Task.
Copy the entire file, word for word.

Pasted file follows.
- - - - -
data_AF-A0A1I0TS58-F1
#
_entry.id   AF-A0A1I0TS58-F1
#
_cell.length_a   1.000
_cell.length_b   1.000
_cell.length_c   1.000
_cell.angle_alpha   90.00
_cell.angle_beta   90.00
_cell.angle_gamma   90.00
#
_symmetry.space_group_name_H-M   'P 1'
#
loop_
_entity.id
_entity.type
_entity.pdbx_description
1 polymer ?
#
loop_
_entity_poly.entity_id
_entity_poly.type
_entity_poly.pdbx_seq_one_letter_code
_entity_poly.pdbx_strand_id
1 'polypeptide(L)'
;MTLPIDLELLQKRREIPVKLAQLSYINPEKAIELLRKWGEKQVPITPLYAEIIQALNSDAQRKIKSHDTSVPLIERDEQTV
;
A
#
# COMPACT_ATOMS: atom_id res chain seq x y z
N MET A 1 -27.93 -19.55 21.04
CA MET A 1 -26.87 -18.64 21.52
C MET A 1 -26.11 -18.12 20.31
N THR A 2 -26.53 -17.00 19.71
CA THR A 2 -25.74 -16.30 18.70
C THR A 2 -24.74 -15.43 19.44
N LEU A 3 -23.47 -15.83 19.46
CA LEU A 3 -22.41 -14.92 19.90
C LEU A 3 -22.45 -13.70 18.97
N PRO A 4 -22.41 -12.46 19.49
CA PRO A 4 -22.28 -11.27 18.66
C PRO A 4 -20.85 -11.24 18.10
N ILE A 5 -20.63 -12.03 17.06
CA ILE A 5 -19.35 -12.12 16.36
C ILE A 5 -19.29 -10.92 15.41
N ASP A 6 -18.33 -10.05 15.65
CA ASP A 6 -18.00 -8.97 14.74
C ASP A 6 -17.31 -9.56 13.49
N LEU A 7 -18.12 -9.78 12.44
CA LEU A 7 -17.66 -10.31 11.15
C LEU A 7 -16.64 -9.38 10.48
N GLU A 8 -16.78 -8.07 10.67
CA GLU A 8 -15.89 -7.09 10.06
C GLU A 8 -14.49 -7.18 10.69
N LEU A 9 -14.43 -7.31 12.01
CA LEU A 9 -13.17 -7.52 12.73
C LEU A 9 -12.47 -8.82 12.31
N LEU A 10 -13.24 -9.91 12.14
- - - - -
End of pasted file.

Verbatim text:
data_AF-A0A1I0TS58-F1
#
_entry.id   AF-A0A1I0TS58-F1
#
_cell.length_a   1.000
_cell.length_b   1.000
_cell.length_c   1.000
_cell.angle_alpha   90.00
_cell.angle_beta   90.00
_cell.angle_gamma   90.00
#
_symmetry.space_group_name_H-M   'P 1'
#
loop_
_entity.id
_entity.type
_entity.pdbx_description
1 polymer ?
#
loop_
_entity_poly.entity_id
_entity_poly.type
_entity_poly.pdbx_seq_one_letter_code
_entity_poly.pdbx_strand_id
1 'polypeptide(L)'
;MTLPIDLELLQKRREIPVKLAQLSYINPEKAIELLRKWGEKQVPITPLYAEIIQALNSDAQRKIKSHDTSVPLIERDEQTV
;
A
#
# COMPACT_ATOMS: atom_id res chain seq x y z
N MET A 1 -27.93 -19.55 21.04
CA MET A 1 -26.87 -18.64 21.52
C MET A 1 -26.11 -18.12 20.31
N THR A 2 -26.53 -17.00 19.71
CA THR A 2 -25.74 -16.30 18.70
C THR A 2 -24.74 -15.43 19.44
N LEU A 3 -23.47 -15.83 19.46
CA LEU A 3 -22.41 -14.92 19.90
C LEU A 3 -22.45 -13.70 18.97
N PRO A 4 -22.41 -12.46 19.49
CA PRO A 4 -22.28 -11.27 18.66
C PRO A 4 -20.85 -11.24 18.10
N ILE A 5 -20.63 -12.03 17.06
CA ILE A 5 -19.35 -12.12 16.36
C ILE A 5 -19.29 -10.92 15.41
N ASP A 6 -18.33 -10.05 15.65
CA ASP A 6 -18.00 -8.97 14.74
C ASP A 6 -17.31 -9.56 13.49
N LEU A 7 -18.12 -9.78 12.44
CA LEU A 7 -17.66 -10.31 11.15
C LEU A 7 -16.64 -9.38 10.48
N GLU A 8 -16.78 -8.07 10.67
CA GLU A 8 -15.89 -7.09 10.06
C GLU A 8 -14.49 -7.18 10.69
N LEU A 9 -14.43 -7.31 12.01
CA LEU A 9 -13.17 -7.52 12.73
C LEU A 9 -12.47 -8.82 12.31
N LEU A 10 -13.24 -9.91 12.14